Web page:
National Weather Service United States Department of Commerce

It'll be quite mild tonight and into the overnight hours with temperatures only falling into the 70s. Mostly clear skies will become mostly cloudy as clouds invade from the south. South winds of 10 to 15 MPH will be possible. Gusts near 20 to 25 MPH cannot be ruled out. There's a low chance for a shower or isolated storm along the Red River after midnight.
It'll be warm again next week with high temperatures climbing into the mid to upper 90s across most of the area. Overnight low temperatures will fall into the 70s. Rain chances aren't very high, but we will have to watch for storm complexes that may try to sink to the south of the Red River. If this appears more probable, adjustments to temperatures will be possible!
Hot days are coming up... Be sure to know the terminology and don't forget these heat safety rules. For additional information check out this heat safety website: www.weather.gov/heat

 
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The National Weather Service uses the following definitions when describing winter weather:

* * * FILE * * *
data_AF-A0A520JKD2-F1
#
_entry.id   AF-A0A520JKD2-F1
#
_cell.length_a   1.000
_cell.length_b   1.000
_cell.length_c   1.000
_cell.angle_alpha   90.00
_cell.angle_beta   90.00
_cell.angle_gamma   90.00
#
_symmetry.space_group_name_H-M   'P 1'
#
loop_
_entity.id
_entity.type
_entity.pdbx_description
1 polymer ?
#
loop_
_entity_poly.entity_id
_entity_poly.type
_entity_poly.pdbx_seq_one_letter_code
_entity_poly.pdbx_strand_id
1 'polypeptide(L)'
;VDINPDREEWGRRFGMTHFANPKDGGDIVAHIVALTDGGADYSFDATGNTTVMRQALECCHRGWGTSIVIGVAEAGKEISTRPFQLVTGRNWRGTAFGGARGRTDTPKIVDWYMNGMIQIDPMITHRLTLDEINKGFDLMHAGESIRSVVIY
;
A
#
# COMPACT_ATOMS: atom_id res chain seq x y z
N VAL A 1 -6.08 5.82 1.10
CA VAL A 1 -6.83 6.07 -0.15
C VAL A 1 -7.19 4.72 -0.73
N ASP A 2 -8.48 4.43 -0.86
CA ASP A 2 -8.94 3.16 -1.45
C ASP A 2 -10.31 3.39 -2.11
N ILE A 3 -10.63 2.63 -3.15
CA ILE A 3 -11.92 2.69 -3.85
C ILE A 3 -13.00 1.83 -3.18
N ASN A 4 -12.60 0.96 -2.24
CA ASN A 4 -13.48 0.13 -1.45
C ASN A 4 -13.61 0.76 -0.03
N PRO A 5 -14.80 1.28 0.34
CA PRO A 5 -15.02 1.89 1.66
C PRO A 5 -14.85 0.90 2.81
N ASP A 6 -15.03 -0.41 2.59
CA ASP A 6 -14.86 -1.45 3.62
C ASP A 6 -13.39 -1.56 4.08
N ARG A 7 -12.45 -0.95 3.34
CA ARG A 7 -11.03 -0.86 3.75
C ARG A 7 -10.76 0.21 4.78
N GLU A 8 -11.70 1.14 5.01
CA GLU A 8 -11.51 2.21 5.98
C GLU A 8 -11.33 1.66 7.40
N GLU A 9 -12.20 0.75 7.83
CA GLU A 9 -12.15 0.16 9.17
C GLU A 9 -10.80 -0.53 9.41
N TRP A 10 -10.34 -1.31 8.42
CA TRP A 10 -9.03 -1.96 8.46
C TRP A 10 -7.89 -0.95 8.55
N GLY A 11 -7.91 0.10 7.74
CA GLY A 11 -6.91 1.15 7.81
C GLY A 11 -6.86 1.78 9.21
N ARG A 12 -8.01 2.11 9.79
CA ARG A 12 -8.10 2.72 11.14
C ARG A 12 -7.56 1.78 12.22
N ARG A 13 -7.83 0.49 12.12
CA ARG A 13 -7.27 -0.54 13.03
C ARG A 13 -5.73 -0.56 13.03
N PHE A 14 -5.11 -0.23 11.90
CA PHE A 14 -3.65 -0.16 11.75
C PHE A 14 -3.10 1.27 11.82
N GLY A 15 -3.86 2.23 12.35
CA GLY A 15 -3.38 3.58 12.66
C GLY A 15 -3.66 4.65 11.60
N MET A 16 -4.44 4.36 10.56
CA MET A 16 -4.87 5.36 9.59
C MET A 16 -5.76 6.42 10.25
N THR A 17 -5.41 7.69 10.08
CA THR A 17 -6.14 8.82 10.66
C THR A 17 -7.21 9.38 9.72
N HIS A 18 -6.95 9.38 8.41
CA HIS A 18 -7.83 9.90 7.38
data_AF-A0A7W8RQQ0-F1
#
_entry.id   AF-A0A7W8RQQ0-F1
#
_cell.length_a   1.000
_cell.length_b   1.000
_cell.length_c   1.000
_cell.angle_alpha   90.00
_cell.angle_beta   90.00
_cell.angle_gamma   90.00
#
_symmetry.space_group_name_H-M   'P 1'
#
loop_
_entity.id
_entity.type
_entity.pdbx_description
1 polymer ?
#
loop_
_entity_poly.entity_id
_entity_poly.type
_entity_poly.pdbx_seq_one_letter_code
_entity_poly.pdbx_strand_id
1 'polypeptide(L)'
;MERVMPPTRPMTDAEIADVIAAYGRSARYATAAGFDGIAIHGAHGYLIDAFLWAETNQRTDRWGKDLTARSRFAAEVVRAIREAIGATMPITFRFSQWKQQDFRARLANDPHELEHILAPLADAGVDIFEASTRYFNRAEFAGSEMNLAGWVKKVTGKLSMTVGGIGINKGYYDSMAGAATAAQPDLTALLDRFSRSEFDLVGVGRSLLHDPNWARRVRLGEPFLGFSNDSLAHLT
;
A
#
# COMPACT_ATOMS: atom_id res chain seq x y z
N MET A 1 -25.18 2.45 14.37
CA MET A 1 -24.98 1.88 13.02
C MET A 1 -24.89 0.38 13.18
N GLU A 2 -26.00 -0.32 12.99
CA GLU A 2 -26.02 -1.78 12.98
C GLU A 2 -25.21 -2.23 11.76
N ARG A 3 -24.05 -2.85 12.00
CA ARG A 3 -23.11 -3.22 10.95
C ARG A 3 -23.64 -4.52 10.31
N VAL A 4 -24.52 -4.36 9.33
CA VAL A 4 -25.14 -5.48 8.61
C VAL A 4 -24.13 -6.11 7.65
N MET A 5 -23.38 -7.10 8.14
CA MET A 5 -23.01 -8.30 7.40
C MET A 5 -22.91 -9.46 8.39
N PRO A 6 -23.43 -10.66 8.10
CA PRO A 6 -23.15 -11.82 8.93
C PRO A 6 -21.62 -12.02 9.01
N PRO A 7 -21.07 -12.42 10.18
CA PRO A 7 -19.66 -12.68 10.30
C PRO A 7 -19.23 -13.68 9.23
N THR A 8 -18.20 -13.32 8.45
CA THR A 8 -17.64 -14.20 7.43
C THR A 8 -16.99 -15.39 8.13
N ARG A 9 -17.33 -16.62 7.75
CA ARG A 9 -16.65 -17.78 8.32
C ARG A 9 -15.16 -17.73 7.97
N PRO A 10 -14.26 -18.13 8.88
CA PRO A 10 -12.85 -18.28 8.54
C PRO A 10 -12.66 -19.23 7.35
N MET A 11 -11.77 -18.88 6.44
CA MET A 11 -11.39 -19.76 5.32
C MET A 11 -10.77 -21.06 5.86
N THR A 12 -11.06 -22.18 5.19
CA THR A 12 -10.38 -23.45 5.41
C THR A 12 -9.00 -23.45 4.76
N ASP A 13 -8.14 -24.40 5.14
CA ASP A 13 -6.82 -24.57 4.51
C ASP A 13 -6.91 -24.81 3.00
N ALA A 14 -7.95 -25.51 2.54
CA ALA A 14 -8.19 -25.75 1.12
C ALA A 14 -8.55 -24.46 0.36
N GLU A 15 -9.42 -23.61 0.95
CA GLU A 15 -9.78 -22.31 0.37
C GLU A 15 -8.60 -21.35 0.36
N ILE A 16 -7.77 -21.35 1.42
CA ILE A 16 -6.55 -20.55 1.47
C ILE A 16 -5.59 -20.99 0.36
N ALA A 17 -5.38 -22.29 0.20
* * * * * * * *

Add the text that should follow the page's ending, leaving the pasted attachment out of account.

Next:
An advance statement that severe winter weather conditions are possible within the next day or two.

An urgent statement that severe winter weather conditions have begun or will begin within about 12 hours.

 Advisory

A statement that winter weather conditions are imminent or occurring. These conditions will cause significant inconvenience, and may become hazardous or life-threatening if safety tips are not followed.

 Heavy Snow

Snowfall which accumulates to a depth of at least 4 inches in 12 hours or 6 inches in 24 hours.

 Sleet

Pellets of ice composed of frozen or mostly frozen raindrops, or snowflakes which have melted and refrozen.

 Freezing Rain/Freezing Drizzle

Rain or drizzle which falls as liquid then freezes when it strikes the ground or other surface.

 Frost

The formation of thin ice crystals on the ground or other surfaces.

 Wind Chill

A cooling effect caused when wind blows across exposed skin.